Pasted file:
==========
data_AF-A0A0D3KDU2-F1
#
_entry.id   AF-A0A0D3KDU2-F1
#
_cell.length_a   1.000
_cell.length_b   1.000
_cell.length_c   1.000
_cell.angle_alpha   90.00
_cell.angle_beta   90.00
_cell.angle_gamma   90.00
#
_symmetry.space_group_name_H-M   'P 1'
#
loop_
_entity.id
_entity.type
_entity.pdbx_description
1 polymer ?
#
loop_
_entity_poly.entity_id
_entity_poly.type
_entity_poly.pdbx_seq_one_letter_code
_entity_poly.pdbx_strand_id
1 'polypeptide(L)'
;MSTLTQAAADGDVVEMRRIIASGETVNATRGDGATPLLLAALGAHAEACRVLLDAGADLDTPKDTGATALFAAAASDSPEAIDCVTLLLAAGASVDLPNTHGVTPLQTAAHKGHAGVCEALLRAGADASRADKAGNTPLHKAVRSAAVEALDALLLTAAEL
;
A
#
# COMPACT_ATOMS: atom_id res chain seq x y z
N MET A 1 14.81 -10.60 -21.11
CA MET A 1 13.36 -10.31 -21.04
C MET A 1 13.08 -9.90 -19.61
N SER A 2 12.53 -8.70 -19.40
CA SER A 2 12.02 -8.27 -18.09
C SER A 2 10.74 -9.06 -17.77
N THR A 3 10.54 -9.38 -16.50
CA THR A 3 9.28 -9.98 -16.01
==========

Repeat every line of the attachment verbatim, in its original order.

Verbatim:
data_AF-A0A0D3KDU2-F1
#
_entry.id   AF-A0A0D3KDU2-F1
#
_cell.length_a   1.000
_cell.length_b   1.000
_cell.length_c   1.000
_cell.angle_alpha   90.00
_cell.angle_beta   90.00
_cell.angle_gamma   90.00
#
_symmetry.space_group_name_H-M   'P 1'
#
loop_
_entity.id
_entity.type
_entity.pdbx_description
1 polymer ?
#
loop_
_entity_poly.entity_id
_entity_poly.type
_entity_poly.pdbx_seq_one_letter_code
_entity_poly.pdbx_strand_id
1 'polypeptide(L)'
;MSTLTQAAADGDVVEMRRIIASGETVNATRGDGATPLLLAALGAHAEACRVLLDAGADLDTPKDTGATALFAAAASDSPEAIDCVTLLLAAGASVDLPNTHGVTPLQTAAHKGHAGVCEALLRAGADASRADKAGNTPLHKAVRSAAVEALDALLLTAAEL
;
A
#
# COMPACT_ATOMS: atom_id res chain seq x y z
N MET A 1 14.81 -10.60 -21.11
CA MET A 1 13.36 -10.31 -21.04
C MET A 1 13.08 -9.90 -19.61
N SER A 2 12.53 -8.70 -19.40
CA SER A 2 12.02 -8.27 -18.09
C SER A 2 10.74 -9.06 -17.77
N THR A 3 10.54 -9.38 -16.50
CA THR A 3 9.28 -9.98 -16.01